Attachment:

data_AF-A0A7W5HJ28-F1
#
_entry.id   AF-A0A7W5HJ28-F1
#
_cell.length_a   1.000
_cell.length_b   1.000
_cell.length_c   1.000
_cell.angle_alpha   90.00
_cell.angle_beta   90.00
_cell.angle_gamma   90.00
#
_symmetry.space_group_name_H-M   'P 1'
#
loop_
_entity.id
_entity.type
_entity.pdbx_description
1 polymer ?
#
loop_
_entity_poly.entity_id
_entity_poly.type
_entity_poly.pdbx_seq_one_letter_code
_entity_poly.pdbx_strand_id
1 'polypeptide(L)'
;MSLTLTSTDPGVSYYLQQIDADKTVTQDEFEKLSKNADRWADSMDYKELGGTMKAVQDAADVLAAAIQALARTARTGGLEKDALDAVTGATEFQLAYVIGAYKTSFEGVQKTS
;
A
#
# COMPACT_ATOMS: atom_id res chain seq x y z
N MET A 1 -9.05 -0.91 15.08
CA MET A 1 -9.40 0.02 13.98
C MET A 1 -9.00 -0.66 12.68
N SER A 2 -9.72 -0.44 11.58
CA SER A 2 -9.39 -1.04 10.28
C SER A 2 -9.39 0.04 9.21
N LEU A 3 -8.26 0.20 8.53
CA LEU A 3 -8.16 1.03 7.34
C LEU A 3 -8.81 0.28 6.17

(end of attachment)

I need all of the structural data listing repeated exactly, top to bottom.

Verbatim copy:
data_AF-A0A7W5HJ28-F1
#
_entry.id   AF-A0A7W5HJ28-F1
#
_cell.length_a   1.000
_cell.length_b   1.000
_cell.length_c   1.000
_cell.angle_alpha   90.00
_cell.angle_beta   90.00
_cell.angle_gamma   90.00
#
_symmetry.space_group_name_H-M   'P 1'
#
loop_
_entity.id
_entity.type
_entity.pdbx_description
1 polymer ?
#
loop_
_entity_poly.entity_id
_entity_poly.type
_entity_poly.pdbx_seq_one_letter_code
_entity_poly.pdbx_strand_id
1 'polypeptide(L)'
;MSLTLTSTDPGVSYYLQQIDADKTVTQDEFEKLSKNADRWADSMDYKELGGTMKAVQDAADVLAAAIQALARTARTGGLEKDALDAVTGATEFQLAYVIGAYKTSFEGVQKTS
;
A
#
# COMPACT_ATOMS: atom_id res chain seq x y z
N MET A 1 -9.05 -0.91 15.08
CA MET A 1 -9.40 0.02 13.98
C MET A 1 -9.00 -0.66 12.68
N SER A 2 -9.72 -0.44 11.58
CA SER A 2 -9.39 -1.04 10.28
C SER A 2 -9.39 0.04 9.21
N LEU A 3 -8.26 0.20 8.53
CA LEU A 3 -8.16 1.03 7.34
C LEU A 3 -8.81 0.28 6.17